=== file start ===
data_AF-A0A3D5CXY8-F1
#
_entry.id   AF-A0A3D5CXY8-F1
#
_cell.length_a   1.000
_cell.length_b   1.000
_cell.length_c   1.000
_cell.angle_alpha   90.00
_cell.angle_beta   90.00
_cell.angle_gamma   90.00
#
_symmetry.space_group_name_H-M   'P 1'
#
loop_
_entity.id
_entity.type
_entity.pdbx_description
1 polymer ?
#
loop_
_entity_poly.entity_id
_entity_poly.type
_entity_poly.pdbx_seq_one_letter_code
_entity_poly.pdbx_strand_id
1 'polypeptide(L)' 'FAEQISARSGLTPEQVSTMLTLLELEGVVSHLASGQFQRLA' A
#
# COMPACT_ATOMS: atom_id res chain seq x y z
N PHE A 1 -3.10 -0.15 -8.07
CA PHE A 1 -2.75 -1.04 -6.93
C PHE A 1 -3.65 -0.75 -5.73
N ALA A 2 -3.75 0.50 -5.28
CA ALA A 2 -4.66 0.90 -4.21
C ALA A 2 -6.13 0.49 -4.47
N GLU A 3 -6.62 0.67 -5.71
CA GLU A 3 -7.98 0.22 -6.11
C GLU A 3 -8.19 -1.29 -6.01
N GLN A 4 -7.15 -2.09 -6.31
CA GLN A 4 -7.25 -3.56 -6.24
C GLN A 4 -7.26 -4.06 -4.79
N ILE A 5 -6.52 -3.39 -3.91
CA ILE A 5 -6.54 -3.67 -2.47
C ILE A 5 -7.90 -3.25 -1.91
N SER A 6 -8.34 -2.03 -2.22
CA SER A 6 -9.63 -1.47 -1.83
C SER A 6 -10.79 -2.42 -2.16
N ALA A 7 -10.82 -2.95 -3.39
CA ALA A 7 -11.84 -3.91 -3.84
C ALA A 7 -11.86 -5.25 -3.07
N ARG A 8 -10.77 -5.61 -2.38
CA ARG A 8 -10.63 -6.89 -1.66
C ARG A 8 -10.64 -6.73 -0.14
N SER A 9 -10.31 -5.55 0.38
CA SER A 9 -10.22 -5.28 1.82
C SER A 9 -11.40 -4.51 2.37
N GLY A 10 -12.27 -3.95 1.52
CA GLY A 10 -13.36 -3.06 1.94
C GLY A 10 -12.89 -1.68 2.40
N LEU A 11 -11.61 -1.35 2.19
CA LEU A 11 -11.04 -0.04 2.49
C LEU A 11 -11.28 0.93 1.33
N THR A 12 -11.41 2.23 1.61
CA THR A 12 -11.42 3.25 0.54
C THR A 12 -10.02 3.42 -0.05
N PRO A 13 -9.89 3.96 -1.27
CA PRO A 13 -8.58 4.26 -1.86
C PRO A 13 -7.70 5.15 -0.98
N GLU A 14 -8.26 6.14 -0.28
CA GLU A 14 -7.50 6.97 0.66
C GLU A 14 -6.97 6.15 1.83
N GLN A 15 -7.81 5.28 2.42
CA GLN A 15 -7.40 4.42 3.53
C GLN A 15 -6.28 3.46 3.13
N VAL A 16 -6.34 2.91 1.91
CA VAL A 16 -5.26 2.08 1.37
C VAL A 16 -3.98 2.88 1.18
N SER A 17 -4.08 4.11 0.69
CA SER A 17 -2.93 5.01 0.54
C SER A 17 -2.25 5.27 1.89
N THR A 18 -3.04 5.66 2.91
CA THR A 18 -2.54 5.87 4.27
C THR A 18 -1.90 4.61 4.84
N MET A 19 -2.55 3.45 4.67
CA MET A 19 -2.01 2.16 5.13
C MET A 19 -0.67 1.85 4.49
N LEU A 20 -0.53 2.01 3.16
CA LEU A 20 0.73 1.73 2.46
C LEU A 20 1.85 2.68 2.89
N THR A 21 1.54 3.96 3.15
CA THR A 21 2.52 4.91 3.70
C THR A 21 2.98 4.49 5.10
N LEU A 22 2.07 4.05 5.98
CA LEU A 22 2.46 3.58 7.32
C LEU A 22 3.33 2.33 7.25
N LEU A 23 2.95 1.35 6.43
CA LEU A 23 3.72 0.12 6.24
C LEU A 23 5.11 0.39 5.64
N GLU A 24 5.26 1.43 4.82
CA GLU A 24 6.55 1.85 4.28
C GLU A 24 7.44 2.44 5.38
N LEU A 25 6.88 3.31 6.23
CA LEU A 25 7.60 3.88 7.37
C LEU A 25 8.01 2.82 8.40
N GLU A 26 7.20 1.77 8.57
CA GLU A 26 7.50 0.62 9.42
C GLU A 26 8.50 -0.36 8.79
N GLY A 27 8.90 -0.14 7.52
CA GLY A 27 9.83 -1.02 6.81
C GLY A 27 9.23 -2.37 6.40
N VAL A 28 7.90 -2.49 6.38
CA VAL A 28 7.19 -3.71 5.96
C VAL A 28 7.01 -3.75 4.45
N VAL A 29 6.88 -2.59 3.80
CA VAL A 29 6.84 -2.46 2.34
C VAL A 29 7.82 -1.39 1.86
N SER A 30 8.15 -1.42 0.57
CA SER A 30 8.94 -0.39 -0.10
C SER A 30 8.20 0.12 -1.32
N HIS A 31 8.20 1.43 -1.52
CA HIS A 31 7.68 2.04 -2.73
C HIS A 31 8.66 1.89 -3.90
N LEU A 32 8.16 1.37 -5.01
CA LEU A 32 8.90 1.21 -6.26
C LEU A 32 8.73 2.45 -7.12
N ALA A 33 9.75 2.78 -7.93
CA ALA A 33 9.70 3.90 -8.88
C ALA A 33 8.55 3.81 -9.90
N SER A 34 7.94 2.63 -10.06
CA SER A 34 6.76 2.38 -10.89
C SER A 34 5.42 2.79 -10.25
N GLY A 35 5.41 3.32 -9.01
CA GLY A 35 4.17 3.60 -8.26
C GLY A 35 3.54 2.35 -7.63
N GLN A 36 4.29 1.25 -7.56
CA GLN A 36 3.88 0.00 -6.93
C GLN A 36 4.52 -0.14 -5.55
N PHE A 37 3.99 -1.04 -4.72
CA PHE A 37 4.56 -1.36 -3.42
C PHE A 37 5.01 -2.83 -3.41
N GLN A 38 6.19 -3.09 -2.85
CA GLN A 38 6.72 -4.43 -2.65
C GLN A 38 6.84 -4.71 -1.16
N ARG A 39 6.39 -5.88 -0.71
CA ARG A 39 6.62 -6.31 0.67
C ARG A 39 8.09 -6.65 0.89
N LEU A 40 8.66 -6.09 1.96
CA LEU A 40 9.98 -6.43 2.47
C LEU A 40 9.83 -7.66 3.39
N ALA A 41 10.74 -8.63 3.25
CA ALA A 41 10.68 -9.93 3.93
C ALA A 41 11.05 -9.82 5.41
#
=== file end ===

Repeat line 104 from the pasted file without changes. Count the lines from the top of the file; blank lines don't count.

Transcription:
CA GLU A 26 7.50 0.62 9.42